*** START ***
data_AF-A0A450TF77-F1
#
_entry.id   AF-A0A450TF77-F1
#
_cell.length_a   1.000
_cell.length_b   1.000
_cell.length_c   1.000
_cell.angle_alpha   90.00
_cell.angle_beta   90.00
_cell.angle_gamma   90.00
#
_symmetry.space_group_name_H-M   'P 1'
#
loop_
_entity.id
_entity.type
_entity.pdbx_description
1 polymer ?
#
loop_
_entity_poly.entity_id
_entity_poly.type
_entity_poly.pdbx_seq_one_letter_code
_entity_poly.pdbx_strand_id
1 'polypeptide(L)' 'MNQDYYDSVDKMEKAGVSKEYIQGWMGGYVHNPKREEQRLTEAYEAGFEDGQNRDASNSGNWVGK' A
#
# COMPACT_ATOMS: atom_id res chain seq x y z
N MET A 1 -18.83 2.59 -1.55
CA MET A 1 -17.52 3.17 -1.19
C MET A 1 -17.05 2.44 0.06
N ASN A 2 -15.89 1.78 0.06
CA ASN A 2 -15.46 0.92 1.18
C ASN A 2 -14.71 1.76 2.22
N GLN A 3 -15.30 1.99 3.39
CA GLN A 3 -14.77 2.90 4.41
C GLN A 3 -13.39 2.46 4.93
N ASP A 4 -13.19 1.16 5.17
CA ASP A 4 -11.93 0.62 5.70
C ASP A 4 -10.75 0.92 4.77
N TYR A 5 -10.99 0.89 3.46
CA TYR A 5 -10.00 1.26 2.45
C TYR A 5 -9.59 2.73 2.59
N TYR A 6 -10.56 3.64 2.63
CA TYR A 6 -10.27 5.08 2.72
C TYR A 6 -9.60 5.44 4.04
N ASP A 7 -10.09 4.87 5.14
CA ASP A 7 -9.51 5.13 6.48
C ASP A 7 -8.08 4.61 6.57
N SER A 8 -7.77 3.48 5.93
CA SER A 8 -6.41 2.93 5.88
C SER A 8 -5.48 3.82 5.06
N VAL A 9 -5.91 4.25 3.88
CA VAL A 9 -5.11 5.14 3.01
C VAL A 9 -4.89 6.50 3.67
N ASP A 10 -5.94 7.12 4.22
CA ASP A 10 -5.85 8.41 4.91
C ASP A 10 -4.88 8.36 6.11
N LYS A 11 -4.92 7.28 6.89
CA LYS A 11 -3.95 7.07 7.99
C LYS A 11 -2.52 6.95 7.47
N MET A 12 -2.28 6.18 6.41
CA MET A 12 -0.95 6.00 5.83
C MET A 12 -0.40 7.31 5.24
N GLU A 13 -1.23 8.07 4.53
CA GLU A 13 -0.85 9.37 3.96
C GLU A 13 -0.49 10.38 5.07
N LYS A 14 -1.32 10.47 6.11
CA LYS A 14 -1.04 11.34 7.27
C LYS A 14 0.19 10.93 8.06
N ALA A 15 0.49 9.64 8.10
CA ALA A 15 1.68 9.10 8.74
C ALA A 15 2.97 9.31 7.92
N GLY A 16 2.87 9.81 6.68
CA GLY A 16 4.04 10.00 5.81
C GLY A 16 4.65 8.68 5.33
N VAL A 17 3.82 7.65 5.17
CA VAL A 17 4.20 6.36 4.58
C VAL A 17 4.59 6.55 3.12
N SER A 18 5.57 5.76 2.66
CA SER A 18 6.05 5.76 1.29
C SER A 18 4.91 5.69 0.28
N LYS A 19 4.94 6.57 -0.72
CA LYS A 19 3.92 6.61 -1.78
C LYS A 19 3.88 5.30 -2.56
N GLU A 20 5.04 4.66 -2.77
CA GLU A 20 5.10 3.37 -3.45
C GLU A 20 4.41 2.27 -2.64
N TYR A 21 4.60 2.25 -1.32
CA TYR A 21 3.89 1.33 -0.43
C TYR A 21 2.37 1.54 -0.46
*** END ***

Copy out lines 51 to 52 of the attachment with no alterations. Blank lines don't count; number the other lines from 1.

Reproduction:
C SER A 8 -5.48 3.82 5.06
N VAL A 9 -5.91 4.25 3.88